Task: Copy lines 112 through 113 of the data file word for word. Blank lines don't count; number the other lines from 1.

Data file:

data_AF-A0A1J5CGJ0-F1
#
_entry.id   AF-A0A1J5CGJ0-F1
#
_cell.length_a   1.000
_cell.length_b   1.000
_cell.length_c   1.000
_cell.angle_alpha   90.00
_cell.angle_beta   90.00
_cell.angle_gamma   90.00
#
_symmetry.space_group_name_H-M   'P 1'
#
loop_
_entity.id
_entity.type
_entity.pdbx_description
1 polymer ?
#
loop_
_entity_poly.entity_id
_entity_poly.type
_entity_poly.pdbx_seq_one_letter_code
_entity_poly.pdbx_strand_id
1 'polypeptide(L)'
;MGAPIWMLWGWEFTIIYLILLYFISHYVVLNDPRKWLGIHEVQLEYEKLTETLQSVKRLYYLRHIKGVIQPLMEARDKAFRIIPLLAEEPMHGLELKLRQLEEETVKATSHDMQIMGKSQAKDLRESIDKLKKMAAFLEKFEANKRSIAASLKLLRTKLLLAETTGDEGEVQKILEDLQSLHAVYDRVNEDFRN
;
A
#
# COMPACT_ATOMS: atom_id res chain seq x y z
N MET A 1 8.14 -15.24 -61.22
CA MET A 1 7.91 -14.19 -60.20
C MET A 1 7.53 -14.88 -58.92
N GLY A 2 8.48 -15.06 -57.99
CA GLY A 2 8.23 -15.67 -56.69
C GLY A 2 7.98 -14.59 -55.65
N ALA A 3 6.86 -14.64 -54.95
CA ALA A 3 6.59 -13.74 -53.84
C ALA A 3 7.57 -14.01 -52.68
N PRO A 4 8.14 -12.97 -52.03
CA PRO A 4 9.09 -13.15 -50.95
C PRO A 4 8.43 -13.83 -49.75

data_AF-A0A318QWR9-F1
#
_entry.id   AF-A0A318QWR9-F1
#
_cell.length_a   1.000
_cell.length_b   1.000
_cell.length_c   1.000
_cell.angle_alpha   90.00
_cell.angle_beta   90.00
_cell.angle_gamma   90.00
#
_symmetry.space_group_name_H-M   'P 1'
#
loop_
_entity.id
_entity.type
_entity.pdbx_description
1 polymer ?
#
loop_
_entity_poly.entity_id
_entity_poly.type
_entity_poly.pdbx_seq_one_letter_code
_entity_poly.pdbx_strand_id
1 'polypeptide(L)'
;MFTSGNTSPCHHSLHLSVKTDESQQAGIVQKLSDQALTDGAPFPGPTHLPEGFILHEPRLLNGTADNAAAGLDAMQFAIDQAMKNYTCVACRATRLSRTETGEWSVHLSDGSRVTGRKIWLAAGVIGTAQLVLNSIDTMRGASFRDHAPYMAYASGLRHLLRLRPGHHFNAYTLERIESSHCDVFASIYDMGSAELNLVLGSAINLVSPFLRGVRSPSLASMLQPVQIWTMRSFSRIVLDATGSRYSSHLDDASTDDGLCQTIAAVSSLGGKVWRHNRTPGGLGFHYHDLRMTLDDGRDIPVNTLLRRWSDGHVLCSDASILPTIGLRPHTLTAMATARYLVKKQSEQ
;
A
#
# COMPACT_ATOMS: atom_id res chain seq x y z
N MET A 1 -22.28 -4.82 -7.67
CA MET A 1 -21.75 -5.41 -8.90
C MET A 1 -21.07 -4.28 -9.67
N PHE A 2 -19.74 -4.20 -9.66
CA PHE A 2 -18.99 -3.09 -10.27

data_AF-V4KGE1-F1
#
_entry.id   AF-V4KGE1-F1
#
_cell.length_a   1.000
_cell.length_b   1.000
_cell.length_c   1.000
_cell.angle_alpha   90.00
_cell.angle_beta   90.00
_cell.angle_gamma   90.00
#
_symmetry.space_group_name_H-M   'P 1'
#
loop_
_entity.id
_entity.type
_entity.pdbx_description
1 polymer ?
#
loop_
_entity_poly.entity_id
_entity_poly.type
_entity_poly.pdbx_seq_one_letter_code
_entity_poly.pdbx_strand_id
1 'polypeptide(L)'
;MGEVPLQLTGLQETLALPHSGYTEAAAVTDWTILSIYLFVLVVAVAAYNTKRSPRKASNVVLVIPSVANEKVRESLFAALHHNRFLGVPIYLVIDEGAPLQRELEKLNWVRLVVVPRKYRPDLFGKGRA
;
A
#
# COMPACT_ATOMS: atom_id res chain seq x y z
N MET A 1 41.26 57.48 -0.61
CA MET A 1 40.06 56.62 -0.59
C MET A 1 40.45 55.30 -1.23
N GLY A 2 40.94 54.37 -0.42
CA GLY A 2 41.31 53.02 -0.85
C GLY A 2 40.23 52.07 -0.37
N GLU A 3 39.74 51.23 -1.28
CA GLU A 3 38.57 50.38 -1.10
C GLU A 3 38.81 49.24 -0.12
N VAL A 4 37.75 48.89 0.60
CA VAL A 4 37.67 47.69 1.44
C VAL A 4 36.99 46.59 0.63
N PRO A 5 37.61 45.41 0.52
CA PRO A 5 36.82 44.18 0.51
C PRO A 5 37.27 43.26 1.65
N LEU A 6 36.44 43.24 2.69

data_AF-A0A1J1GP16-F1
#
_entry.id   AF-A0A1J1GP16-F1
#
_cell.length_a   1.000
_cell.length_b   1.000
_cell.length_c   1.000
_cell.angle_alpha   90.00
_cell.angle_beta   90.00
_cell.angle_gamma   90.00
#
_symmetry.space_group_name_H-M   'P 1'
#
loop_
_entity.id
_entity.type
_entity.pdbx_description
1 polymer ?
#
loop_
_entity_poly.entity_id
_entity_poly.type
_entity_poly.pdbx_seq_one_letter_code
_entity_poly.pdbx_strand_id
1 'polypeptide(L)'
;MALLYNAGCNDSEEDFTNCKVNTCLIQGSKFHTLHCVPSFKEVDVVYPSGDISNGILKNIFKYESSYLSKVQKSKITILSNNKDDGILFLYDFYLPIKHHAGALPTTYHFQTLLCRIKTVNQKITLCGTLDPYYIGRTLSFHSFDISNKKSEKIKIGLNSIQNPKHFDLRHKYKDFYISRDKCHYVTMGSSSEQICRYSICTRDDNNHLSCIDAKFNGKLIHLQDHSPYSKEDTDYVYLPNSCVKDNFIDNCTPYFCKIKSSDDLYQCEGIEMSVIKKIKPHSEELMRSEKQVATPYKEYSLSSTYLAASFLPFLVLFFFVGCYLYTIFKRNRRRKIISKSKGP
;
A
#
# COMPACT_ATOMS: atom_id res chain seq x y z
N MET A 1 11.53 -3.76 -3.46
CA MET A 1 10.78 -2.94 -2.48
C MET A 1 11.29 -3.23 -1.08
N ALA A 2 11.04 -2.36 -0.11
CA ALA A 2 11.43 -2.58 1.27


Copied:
CA GLY A 2 41.31 53.02 -0.85
C GLY A 2 40.23 52.07 -0.37